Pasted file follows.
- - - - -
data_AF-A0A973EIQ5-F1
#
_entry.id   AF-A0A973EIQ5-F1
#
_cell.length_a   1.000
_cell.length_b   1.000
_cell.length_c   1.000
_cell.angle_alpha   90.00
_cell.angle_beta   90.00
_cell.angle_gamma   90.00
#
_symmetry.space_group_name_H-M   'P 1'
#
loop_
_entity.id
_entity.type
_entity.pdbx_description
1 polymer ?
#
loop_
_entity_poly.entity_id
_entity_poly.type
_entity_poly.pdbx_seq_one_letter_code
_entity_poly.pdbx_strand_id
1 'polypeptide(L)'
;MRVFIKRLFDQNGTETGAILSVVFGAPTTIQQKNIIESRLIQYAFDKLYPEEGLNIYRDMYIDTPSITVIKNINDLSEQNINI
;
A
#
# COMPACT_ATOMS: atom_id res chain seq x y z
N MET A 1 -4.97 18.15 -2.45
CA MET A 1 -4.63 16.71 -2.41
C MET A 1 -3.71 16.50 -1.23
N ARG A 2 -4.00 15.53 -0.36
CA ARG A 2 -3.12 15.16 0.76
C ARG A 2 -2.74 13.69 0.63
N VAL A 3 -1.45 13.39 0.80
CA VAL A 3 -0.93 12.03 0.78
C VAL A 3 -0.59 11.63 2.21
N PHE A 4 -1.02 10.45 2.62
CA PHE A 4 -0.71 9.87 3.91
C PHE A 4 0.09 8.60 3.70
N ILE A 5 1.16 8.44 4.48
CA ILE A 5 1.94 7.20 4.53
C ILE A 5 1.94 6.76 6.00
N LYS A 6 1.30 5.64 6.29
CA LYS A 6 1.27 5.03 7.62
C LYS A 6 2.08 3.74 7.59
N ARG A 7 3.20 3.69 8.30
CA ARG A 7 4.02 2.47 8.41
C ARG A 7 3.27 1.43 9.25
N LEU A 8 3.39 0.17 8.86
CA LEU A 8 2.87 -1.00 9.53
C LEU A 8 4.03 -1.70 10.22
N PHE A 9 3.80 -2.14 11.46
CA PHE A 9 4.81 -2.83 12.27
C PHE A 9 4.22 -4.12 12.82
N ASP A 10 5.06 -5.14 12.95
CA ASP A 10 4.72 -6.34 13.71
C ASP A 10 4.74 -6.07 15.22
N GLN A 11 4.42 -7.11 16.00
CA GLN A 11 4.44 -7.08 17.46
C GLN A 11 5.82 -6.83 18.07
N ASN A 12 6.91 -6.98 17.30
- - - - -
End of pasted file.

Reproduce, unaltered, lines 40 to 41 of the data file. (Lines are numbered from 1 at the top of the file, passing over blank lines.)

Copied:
N PHE A 4 -1.02 10.45 2.62
CA PHE A 4 -0.71 9.87 3.91